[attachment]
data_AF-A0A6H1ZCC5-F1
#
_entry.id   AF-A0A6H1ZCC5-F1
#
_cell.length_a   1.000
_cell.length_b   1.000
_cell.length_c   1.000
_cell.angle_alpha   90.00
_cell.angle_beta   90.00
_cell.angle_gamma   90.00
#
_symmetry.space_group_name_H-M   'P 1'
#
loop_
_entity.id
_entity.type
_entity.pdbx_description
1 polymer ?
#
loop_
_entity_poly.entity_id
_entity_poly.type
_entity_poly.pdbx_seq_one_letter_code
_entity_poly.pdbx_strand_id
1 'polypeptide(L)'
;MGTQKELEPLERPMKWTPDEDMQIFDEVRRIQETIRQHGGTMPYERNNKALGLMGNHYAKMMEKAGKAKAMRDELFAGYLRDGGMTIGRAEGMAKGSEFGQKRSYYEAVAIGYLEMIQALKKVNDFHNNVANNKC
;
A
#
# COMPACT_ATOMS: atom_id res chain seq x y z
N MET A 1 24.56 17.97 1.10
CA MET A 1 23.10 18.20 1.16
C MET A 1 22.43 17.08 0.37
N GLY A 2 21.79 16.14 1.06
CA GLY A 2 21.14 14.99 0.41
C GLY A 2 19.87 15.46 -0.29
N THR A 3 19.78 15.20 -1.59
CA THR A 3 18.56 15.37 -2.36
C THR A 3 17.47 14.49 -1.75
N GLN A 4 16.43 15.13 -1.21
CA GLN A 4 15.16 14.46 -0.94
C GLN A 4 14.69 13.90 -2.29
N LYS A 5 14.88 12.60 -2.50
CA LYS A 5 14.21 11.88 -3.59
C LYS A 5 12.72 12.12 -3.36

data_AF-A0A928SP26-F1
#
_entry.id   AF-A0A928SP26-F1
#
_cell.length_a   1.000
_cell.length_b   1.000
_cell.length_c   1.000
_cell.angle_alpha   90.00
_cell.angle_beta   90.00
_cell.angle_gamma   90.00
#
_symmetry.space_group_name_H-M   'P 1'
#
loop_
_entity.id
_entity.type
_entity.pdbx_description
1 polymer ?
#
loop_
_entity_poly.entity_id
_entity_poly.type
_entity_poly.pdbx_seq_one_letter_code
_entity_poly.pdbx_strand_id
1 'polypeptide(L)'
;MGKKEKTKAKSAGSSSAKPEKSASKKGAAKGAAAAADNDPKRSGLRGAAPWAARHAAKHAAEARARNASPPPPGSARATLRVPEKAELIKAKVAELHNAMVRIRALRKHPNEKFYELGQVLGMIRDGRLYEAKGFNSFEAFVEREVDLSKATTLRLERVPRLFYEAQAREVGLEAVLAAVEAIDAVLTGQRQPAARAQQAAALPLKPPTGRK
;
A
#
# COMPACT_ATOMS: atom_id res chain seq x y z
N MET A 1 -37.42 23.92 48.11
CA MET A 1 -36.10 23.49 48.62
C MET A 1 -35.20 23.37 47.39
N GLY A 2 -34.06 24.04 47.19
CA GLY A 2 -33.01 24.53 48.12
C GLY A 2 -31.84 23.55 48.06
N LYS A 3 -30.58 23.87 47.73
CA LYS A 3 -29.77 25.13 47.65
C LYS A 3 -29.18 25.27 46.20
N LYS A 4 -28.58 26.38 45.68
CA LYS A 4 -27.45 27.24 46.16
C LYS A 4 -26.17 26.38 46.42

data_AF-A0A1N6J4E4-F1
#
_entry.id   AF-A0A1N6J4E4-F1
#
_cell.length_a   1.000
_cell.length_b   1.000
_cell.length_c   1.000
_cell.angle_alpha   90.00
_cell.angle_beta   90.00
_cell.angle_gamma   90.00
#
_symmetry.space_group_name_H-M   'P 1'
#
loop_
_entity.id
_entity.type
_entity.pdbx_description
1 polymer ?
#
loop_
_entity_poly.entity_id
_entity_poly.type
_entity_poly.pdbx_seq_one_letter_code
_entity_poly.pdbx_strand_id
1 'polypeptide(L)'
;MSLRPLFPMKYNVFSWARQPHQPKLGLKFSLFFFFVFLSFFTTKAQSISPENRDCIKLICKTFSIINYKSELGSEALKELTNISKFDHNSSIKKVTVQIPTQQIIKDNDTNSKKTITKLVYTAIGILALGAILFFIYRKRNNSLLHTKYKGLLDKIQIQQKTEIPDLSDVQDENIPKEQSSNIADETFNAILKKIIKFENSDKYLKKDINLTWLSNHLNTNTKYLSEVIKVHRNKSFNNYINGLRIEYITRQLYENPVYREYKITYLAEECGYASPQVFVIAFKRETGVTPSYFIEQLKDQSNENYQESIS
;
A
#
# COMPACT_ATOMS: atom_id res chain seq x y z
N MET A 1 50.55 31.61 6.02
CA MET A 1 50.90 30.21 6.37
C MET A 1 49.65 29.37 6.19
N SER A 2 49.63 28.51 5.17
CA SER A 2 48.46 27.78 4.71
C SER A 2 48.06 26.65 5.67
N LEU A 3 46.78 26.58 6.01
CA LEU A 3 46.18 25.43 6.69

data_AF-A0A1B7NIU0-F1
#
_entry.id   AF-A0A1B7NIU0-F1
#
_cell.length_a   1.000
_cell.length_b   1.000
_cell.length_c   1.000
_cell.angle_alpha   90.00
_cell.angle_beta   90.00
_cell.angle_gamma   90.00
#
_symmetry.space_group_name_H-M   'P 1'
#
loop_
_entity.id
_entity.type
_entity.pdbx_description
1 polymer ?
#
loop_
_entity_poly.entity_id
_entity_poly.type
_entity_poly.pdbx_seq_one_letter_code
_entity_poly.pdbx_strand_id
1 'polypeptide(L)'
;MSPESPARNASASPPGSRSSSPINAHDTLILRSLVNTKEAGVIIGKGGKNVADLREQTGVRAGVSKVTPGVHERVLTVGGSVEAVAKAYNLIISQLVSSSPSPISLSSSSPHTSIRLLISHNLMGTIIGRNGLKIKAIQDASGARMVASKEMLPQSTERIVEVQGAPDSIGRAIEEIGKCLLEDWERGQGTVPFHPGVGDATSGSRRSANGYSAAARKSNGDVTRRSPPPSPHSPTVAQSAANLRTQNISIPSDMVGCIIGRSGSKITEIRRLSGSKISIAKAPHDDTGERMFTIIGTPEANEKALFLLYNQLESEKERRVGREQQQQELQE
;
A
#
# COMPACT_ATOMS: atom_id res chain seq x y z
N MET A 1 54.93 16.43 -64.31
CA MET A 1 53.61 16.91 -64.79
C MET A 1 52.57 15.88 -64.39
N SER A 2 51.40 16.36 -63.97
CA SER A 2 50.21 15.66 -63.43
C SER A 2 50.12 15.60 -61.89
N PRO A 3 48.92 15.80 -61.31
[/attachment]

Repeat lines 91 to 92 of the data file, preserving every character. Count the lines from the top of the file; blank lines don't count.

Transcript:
#
_cell.length_a   1.000